InsomniaYou’re a tommyknocker.
You wander the abandoned corridors
of my brain, brushing aside cobwebs,
peering inside doors ill-fitting
or listing on one hinge,
seeing rooms upon rooms
debris-littered and jumbled,
banging on pipes.

And you do this every night,
but only at night, jolting me awake
with your clanks and thumps and squeals,
lying in wait to leap out at me,
and shouting with childish glee
when I start and shake.


He cuts the sod with the spade,
blade sharpened just this morning
for this, a perverse desire to make
the edges true. As he lifts
strips of grass and sets them aside,
the sun fingers its way over
the shoulders of the hills,
burning off the night’s fog. Already,
sweat stands out on his straining forearms.
He looks back at the dog,
deaf now and going blind, her head
cradled on her paws, fur matted
though he’d just bathed her yesterday.
He had not wanted her to follow him:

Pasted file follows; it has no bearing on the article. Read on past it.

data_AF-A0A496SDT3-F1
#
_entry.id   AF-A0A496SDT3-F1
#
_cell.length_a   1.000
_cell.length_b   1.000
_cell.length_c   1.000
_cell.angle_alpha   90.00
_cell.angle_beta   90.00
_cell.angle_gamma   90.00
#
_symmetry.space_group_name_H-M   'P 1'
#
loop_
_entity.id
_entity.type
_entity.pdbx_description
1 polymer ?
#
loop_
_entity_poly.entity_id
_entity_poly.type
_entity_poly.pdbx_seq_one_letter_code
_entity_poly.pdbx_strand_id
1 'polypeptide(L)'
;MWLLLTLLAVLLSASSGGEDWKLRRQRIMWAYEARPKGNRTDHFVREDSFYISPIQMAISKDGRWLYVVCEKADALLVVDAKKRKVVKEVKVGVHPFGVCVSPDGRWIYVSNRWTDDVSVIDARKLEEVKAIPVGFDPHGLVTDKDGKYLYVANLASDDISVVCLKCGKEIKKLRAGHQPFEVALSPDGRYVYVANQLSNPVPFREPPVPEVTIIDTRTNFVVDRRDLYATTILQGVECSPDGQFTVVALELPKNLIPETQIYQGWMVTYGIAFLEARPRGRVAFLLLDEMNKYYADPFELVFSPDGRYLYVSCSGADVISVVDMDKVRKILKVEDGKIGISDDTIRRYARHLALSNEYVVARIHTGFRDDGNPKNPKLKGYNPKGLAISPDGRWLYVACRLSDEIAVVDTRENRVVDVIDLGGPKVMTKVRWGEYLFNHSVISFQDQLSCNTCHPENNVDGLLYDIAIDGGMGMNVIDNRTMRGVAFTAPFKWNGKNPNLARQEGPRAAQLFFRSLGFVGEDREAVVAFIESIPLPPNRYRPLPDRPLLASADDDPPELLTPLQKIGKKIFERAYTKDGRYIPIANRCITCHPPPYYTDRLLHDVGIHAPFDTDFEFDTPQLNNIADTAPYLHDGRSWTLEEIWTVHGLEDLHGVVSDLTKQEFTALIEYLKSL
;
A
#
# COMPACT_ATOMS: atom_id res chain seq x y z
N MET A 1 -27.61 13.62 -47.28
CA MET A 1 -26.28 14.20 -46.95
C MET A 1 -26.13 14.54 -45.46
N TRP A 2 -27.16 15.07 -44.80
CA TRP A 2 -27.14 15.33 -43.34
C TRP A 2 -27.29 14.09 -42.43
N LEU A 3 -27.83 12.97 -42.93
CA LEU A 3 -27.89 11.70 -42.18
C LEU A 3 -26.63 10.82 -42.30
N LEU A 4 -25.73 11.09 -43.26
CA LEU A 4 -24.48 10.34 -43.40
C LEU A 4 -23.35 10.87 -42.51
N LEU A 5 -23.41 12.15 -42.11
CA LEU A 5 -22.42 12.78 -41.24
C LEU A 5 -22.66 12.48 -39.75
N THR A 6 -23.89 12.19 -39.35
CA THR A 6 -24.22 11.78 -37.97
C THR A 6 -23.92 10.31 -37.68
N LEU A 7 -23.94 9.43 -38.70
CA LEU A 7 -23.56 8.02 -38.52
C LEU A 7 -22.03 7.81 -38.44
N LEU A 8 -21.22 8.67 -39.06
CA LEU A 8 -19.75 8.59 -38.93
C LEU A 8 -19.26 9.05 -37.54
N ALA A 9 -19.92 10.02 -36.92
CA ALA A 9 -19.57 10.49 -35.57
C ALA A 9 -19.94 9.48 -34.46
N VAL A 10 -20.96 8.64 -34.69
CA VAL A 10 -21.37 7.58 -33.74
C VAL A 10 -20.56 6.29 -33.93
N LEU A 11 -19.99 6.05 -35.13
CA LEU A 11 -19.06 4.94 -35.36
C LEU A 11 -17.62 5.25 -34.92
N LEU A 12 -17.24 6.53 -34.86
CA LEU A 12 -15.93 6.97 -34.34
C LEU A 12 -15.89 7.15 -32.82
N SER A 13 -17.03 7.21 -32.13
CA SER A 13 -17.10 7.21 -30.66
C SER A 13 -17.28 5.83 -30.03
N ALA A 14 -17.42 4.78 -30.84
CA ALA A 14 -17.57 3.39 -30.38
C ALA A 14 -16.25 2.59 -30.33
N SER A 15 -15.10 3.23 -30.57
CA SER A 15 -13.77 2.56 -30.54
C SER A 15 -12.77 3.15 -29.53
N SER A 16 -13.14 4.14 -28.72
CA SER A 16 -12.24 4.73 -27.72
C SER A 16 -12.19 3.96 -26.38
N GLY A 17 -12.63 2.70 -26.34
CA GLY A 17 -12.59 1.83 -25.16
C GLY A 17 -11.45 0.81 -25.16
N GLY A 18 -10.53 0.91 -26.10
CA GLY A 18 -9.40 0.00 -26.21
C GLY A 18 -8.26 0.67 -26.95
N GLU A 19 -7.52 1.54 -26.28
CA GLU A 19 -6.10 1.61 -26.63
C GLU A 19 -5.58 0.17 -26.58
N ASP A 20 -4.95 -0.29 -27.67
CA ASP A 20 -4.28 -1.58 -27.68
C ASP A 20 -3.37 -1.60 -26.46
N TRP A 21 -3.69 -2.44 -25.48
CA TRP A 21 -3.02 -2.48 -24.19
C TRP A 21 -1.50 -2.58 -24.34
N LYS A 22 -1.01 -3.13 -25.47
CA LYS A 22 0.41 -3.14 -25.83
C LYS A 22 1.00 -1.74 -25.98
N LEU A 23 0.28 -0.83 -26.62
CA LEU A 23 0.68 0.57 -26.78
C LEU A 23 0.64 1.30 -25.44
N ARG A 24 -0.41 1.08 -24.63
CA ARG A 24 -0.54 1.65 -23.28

it seemed an obscenity.
The ground here is rocky
beneath his shovel, stubborn like
the old sheepdog. Seventeen years
she’s held on, heeling to him
as he circles the fields, checking
fences and stone walls marking nothing.
A long time. They both know
it’s time to go, so he steels himself,
one spadeful of dirt at a time.
Dig deep, he thinks, glancing from dog
to hole: maybe not today, nor tomorrow,
but soon. Best to be ready.

(photo at the beach, 1937)

Father of her, uncle of him,
he’d pitched for both a lean-to
of canvas and sticks
in the vastness of sand sparkling
under the noonday sun of July.

A trick he’d learned
in the merchant marine
lifetimes before either was born,
the makeshift shelter keeps
their milky Irish skin
(paler still in the black
and white print) from
the blistering redness of summer.

Their five-year-old toes
burrow away into the sand.
Neither looks up; both wear
the concentrated frowns
of lost childhood.
Beside them, unnoticed,
his shoes, dress black,
line up side by side,
an incongruity, a reminder
that this moment of time,
this day in the life,
is not, by far, the only one.

Anne Britting Oleson lives and works on the side of a mountain in central Maine. Her writing has appeared in literary magazines worldwide. Her chapbooks are The Church of St. Materiana (Moon Pie Press, 2007) and The Beauty of It (Sheltering Pines Press, 2010); two other chapbooks, Trains, Planes and Automobiles (Portent Press) and Counting the Days (Pink Girl Ink) are forthcoming, and a novel, The Book of the Mandolin Player (Bedazzled Ink) will be published in 2016.